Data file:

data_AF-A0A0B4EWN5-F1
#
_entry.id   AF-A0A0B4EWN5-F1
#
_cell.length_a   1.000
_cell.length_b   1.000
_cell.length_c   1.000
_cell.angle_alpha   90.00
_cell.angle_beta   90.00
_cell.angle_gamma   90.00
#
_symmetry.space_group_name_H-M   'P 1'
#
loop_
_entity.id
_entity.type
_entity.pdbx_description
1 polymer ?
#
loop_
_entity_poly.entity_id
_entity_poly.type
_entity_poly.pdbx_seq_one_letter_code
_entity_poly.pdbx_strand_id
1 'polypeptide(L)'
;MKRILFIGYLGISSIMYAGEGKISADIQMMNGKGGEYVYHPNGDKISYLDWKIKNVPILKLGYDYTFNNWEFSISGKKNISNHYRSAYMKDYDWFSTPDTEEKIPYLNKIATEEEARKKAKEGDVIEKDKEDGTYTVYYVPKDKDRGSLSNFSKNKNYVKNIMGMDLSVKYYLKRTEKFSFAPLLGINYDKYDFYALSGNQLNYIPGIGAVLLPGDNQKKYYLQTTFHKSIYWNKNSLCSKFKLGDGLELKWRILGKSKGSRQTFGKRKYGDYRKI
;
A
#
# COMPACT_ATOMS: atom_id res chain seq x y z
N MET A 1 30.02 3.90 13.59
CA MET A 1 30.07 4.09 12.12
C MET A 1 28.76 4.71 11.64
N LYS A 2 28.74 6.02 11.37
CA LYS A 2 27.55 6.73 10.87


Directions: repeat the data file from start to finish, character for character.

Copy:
data_AF-A0A0B4EWN5-F1
#
_entry.id   AF-A0A0B4EWN5-F1
#
_cell.length_a   1.000
_cell.length_b   1.000
_cell.length_c   1.000
_cell.angle_alpha   90.00
_cell.angle_beta   90.00
_cell.angle_gamma   90.00
#
_symmetry.space_group_name_H-M   'P 1'
#
loop_
_entity.id
_entity.type
_entity.pdbx_description
1 polymer ?
#
loop_
_entity_poly.entity_id
_entity_poly.type
_entity_poly.pdbx_seq_one_letter_code
_entity_poly.pdbx_strand_id
1 'polypeptide(L)'
;MKRILFIGYLGISSIMYAGEGKISADIQMMNGKGGEYVYHPNGDKISYLDWKIKNVPILKLGYDYTFNNWEFSISGKKNISNHYRSAYMKDYDWFSTPDTEEKIPYLNKIATEEEARKKAKEGDVIEKDKEDGTYTVYYVPKDKDRGSLSNFSKNKNYVKNIMGMDLSVKYYLKRTEKFSFAPLLGINYDKYDFYALSGNQLNYIPGIGAVLLPGDNQKKYYLQTTFHKSIYWNKNSLCSKFKLGDGLELKWRILGKSKGSRQTFGKRKYGDYRKI
;
A
#
# COMPACT_ATOMS: atom_id res chain seq x y z
N MET A 1 30.02 3.90 13.59
CA MET A 1 30.07 4.09 12.12
C MET A 1 28.76 4.71 11.64
N LYS A 2 28.74 6.02 11.37
CA LYS A 2 27.55 6.73 10.87